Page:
Ukraine’s elections have won US President Barack Obama’s approval. He called them a milestone in the former Soviet state’s democratic development. The Organisation for Security and Cooperation in Europe (OSCE) says the polls were free and fair. The ballot box returned an overwhelming pro-European verdict. The performance of Prime Minister Arseny Yatseniuk’s party won a further expression of confidence.
President Petro Poroshenko, also enjoying a victory, surprised everyone at a voting station in eastern Ukraine, dropping by in camouflage. This electoral reinforcement should allow him to pursue peace plans and turn strategically away from Russian influence traditionally exercised over the country. Moscow’s top diplomat, Serguei Lavrov, appeared to give the poll results recognition, albeit muted.
The Russian Foreign Minister said: “I am sure we will have people to talk to in the Ukrainian parliament and in the government, mostly because the leading force in the parliament will be the bloc of Petro Poroshenko, who is our partner, our president’s partner, in reaching the Minsk peace agreements between the Kyiv authorities and the rebels of Luhansk and Donetsk, and these agreements were reached with assistance from Russia and the OSCE.”
But all this is overshadowed: some three million voters in rebel-controlled parts of Ukraine were excluded from Sunday’s democratic push, for reasons involving ceasefire violations in the Donbass region. The separatists in the east intend to hold their own election on 2nd November. Moscow has let on it will recognise those elections, too, while Kyiv and the West would not.
Stefan Grobe, euronews: “Joining me now at the Brookings Institution is former US Ambassador to Ukraine Steven Pifer. Ambassador Pifer, let’s talk about the major takeaways of these elections: A resounding triumph for the pro-European parties. At the same time, pro-Russian forces are nearing extinction. Was this the outcome that Washington was hoping for?”
Steven Pifer: “There are a couple of outcomes that Washington was hoping for and there are two bits of good news in this. One was the election process. The OSCE election observers and other international observers gave the election high marks for being democratic. So, that was the first hope: that this election is democratic, that the results have legitimacy with the population and that they reflect the will of the voters. So, good news on that score. And then the fact that there is going to be a substantial majority of seats that will be occupied by parties that are pro-reform and pro-European Union. I think within Washington that is seen as the logical course for Ukraine. So, the fact that you now have that potential constellation within the parliament, that’s going to be a good sign.”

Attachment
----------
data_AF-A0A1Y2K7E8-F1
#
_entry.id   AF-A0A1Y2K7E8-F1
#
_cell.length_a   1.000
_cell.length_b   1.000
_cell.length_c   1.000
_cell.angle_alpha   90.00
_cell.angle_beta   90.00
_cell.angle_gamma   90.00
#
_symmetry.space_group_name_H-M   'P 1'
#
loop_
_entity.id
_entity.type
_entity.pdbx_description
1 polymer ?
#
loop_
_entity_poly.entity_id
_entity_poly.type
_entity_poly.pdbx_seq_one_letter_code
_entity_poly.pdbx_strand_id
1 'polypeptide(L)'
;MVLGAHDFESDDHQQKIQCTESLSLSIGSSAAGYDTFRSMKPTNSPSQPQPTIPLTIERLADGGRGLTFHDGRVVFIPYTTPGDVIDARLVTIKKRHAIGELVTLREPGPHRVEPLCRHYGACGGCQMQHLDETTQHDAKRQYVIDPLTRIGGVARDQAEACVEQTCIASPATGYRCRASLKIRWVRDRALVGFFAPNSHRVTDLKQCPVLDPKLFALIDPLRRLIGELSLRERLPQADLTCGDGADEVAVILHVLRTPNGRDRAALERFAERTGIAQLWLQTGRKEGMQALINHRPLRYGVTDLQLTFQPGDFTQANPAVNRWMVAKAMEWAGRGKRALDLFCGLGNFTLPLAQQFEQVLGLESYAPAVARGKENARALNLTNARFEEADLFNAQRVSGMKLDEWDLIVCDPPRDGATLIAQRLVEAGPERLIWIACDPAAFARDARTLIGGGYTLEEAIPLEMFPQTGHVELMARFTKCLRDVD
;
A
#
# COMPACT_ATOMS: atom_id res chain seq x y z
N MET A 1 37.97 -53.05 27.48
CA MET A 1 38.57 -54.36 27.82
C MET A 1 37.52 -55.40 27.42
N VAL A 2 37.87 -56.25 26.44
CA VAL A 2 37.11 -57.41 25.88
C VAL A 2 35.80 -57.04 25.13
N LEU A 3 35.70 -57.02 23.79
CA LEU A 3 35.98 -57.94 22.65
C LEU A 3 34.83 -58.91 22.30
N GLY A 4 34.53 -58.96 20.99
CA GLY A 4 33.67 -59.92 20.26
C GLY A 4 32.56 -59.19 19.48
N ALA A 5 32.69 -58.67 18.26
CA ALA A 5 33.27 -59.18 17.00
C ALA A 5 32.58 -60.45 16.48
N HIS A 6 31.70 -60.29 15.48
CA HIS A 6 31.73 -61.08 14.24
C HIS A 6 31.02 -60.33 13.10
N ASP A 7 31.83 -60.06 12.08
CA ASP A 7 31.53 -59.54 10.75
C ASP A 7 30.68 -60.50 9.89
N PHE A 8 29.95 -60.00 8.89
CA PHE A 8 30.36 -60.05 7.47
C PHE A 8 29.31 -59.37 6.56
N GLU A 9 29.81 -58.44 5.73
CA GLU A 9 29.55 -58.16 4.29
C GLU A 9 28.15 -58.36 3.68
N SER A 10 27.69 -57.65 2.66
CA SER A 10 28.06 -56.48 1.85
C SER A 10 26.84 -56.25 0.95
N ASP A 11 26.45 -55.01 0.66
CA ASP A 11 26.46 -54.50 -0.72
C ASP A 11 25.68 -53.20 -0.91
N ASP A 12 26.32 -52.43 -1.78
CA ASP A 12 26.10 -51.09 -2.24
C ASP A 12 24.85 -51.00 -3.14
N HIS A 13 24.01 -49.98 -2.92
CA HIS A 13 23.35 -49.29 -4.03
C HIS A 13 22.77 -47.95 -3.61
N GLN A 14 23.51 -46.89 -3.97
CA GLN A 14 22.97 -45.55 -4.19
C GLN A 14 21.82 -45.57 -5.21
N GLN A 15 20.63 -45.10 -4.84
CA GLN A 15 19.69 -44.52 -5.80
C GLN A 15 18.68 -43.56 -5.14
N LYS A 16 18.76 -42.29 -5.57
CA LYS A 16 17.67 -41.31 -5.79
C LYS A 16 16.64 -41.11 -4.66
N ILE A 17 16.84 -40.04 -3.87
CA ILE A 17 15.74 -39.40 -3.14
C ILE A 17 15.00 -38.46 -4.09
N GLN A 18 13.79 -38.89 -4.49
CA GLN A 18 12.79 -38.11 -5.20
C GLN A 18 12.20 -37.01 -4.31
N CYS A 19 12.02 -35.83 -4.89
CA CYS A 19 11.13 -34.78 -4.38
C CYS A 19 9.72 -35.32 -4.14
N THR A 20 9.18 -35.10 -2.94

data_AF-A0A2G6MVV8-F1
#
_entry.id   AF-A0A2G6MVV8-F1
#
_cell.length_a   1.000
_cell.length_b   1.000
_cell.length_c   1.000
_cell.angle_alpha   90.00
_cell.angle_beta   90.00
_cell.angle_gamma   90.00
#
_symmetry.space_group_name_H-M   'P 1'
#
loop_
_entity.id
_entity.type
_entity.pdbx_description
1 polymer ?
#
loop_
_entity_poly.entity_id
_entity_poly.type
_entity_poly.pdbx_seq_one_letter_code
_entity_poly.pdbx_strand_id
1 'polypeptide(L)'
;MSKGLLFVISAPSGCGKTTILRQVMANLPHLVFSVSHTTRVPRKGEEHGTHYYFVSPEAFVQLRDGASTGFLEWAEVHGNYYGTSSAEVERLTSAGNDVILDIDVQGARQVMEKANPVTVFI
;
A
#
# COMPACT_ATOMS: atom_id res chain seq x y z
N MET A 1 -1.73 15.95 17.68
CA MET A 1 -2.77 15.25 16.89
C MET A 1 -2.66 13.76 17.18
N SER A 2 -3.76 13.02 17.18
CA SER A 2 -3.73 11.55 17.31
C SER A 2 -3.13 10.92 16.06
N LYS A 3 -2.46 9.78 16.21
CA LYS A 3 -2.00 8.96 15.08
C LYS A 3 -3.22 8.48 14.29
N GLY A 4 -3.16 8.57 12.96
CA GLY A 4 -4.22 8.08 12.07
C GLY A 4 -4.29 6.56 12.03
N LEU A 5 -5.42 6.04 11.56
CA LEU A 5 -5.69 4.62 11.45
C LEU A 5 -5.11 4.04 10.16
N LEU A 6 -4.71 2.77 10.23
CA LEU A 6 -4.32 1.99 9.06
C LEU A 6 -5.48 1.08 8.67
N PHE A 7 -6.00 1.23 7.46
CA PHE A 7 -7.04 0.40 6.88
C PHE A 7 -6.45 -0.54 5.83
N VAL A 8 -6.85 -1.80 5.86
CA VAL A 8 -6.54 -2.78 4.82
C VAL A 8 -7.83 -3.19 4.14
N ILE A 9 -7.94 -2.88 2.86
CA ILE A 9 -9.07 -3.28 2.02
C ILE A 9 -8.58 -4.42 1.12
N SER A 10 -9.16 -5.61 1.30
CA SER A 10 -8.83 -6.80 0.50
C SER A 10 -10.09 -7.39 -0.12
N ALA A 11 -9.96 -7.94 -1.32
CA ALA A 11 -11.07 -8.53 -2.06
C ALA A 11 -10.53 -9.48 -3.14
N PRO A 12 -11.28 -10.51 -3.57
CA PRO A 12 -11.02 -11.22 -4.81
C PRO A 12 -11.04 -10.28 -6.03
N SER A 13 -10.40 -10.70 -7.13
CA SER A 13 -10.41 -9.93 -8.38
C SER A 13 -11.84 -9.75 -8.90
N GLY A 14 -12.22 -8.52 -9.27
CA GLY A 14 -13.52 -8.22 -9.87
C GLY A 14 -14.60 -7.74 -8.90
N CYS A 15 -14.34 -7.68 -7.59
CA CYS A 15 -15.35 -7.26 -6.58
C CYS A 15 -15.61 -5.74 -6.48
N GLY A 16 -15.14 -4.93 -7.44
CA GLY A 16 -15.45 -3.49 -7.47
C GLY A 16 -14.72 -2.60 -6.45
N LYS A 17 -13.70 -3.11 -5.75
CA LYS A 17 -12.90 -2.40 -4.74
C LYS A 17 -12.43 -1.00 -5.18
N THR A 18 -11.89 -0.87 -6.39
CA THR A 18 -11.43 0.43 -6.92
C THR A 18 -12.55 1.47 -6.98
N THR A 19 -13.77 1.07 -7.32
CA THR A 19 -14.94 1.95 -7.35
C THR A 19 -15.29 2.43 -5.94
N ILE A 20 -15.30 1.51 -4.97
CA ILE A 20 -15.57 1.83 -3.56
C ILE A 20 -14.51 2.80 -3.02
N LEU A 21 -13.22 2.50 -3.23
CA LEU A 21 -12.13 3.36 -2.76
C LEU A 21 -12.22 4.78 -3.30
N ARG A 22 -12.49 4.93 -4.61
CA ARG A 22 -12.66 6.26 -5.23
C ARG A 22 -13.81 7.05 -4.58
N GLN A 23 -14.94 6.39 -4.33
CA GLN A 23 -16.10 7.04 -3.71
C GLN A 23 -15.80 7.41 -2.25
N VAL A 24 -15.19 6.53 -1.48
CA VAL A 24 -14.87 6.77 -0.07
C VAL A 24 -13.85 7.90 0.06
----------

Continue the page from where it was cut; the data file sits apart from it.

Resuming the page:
euronews: “The new government will face immense challenges. There is, of course, Moscow’s unwillingness to accept that Ukraine will forge closer political and economic ties with Europe. Are we going to see a much more aggressive and much tougher stance of Moscow toward Ukraine?”
Pifer: “Well, I think what you have seen up to now so far is the Russians not being ready to facilitate a settlement in eastern Ukraine, and then of course there is the longer-term problem of Crimea which still remains in dispute. Now, the Russians are probably not happy with Sunday’s election result, although on Monday Foreign Minister Lavrov came out and said that Russia would recognise those results. But if you look at what happened, there is only one party, the Opposition Bloc, that remotely would have any pro-Russian sympathies. Now the fact that you have such a low representation in the new parliament of parties sympathetic to Russia really is Russia’s fault. First of all, the aggression against Ukraine has really crystallised a national identity within Ukraine that’s more looking toward Europe as its model. And second, the inability of voters in Crimea and in Donetzk and Luhansk to vote, because they were denied that opportunity, those were areas where you had voters that traditionally had been pro-Russian. So Russia actually depressed the pro-Russian vote in terms of not letting people vote and got a result where you really only have one party that may be sympathetic to Russian policy views.”
euronews: “Can the pendulum swing back again, if the new government is unable to deliver on job creation, the fight against inflation, the fight against corruption?”
Pifer: “I think there is that possibility. Though it does seem to me that when you look at people like President Poroshenko and Prime Minister Yatsenyuk, they seem to understand that Ukraine has this one big opportunity and that missing that opportunity would be hugely destructive for Ukraine and set Ukraine back for years, if not decades.”
euronews: “You know the country very well, you were US ambassador in that country. If you had that post today, what would be your advice to President Obama?”
Pifer: “I think the American message and the European message to Ukraine now needs to be politically you have a line-up that’s going to be as good as it can be in terms of the possibility of building a majority coalition in the parliament, perhaps even large enough where they can get constitutional changes. And some of these things they want to do, for example, decentralisation of power which they need to do to move authority from Kyiv out to the regions, are going to require amending the constitution. You got that kind of majority coalition and a prime minister and the president who can work together. This is Ukraine’s best opportunity, albeit in very difficult circumstances. So the message, it seems to me from the West, needs to be: now really begin to move seriously on reforms that demonstrate the values that you have articulated over the last six or seven months, to really make those things real.”
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